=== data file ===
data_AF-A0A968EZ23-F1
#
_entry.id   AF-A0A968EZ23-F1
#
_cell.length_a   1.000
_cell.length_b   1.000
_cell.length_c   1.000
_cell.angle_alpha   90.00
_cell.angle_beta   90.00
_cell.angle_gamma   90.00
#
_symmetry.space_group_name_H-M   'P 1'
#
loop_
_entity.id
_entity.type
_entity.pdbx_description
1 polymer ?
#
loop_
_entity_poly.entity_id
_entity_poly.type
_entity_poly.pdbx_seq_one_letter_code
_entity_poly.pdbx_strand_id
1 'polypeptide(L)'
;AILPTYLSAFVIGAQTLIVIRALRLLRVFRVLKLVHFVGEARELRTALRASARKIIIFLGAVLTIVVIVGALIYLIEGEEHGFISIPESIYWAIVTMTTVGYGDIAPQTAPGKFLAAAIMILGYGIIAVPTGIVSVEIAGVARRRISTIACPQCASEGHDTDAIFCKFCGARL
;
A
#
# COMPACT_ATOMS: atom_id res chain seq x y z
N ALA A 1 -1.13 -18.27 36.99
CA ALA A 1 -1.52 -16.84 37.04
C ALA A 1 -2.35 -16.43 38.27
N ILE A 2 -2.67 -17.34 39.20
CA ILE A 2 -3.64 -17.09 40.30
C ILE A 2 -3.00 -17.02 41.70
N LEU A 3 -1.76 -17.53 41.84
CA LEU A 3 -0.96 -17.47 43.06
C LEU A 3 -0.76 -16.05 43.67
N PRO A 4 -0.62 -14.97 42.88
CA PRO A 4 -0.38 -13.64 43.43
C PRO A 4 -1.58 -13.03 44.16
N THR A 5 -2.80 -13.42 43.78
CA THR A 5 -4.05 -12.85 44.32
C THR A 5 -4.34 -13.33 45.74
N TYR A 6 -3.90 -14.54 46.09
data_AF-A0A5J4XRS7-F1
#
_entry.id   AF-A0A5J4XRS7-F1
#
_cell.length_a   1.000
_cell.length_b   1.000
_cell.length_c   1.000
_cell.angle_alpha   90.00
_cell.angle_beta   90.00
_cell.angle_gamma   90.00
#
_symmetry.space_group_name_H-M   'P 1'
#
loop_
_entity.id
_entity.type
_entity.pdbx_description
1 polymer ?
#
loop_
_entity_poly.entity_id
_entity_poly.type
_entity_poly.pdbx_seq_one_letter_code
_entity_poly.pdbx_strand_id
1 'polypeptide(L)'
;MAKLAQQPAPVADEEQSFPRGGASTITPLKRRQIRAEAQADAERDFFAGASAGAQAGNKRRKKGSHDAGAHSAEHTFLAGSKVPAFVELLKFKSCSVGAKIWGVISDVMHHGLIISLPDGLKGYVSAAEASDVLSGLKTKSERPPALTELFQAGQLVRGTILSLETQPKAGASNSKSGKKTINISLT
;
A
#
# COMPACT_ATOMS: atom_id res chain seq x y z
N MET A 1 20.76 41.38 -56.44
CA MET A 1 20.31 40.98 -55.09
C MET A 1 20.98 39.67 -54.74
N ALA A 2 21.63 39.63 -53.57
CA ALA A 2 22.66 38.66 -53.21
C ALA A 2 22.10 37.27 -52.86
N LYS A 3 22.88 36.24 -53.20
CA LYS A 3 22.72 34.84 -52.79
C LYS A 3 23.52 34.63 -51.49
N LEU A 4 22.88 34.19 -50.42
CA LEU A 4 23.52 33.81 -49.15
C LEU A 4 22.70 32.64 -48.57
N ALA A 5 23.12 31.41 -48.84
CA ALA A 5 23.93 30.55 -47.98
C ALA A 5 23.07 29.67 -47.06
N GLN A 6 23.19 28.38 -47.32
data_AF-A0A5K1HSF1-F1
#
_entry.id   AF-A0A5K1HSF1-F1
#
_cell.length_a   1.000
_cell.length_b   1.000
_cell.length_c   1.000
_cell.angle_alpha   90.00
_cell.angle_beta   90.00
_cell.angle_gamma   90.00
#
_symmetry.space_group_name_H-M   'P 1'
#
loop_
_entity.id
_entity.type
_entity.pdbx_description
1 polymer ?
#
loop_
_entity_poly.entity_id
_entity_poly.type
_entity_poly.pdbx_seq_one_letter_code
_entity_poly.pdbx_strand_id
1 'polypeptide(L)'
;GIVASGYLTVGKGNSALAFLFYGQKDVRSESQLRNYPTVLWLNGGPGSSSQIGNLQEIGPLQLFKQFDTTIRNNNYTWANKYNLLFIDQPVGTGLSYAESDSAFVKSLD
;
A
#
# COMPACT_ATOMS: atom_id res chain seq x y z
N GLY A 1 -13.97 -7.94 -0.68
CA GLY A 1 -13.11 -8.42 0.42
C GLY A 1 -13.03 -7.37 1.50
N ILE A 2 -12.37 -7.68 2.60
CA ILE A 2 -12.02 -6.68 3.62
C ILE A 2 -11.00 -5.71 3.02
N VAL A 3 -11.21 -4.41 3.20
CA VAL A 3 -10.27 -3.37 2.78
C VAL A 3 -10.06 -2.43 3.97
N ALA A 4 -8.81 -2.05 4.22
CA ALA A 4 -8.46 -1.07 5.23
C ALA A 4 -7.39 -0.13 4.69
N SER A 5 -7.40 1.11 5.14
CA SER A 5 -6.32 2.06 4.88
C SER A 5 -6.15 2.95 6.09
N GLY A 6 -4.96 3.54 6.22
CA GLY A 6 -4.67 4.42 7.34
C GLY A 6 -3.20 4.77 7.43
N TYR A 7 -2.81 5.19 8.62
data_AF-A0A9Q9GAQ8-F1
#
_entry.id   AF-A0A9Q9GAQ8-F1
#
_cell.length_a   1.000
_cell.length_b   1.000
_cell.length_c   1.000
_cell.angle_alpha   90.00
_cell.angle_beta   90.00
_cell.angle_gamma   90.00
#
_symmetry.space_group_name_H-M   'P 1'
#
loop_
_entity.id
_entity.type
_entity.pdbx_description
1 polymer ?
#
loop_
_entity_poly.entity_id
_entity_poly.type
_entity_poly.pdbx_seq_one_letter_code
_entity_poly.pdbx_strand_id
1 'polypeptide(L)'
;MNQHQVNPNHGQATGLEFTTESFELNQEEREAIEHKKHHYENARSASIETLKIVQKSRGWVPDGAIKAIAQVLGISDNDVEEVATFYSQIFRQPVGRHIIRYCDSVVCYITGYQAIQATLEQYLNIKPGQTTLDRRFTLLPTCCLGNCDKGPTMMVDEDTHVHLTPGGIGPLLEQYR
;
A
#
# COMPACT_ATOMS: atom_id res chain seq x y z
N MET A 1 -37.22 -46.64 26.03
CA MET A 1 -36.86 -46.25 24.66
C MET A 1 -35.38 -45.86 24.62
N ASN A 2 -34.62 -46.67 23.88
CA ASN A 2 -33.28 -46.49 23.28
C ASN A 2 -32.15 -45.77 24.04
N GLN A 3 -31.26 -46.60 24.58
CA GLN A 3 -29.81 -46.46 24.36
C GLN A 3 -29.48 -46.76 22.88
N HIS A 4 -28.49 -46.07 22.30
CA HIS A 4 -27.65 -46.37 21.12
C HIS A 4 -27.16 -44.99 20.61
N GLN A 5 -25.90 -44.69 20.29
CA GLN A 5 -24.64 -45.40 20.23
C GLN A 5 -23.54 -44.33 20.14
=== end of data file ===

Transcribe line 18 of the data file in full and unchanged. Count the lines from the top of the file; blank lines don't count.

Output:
1 polymer ?